Last year, I was running my car almost on empty when they announced a hurricane was approaching my city (Miami). Stopping at the gas station the following morning on my way to work was not a fun experience; suffice it to say that the line of cars waiting to pump gas was insane.
Have Safe Travels by Not Driving Behind Tall, Wide Vehicles that Block Visibility
If this one doesn’t bother you so far, it’ll probably start bothering you now.
If you drive an oversized SUV, you probably can’t relate, but please bear with the rest of us. These big cars block visibility and are annoying, and make it harded to have a safe trip.
Indeed, if there’s a holdup ahead and the big car in front of you makes a sudden stop, you have a higher chance of rear-ending that huge vehicle and being found at fault, costing you some $$$. So, whenever you can, prioritize changing lanes if you’re behind T-Rex.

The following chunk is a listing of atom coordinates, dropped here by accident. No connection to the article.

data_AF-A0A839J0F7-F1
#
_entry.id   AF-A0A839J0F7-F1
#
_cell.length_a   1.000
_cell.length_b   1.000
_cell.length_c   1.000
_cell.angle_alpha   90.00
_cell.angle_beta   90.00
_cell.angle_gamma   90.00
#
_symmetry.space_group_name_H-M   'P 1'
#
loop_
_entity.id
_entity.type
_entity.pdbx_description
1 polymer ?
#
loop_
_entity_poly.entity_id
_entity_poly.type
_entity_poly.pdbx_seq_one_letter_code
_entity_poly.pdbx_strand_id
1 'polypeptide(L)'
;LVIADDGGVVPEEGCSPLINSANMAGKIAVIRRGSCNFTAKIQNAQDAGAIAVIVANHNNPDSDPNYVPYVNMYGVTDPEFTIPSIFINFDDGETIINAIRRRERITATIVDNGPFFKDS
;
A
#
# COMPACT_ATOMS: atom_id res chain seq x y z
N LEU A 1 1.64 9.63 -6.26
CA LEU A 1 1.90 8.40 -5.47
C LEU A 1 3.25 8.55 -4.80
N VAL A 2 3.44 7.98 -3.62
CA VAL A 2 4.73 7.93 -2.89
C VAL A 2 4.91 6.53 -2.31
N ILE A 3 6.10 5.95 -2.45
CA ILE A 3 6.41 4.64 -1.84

Driving Behind a Platform Tow Truck and Trucks with Ladders
When I was in high school I watched the horror movie Final Destination and, since then, I’ve been forever traumatized -a sudden stop and the platform or ladder can penetrate your car’s windshield. No, thank you! I want to have a safe trip!
Have a Pair of Scissors, a Flashlight and a Blanket in the Car
Maybe a bit extreme, but you never know when you’re going to need to cut a seat belt to escape or rescue someone in danger. Maybe I’m dramatic, or maybe I’ve seen really bad stuff, but I think this can make a huge difference in a rare but not unheard-of scenario.
It’s a small step you can take to help ensure safe travels.
Always Have a Phone Charger to Travel Safely
Self-explanatory; this should always be part of your stash wherever you spend a lot of time! We just depend too much on our phones, so don’t be left without juice!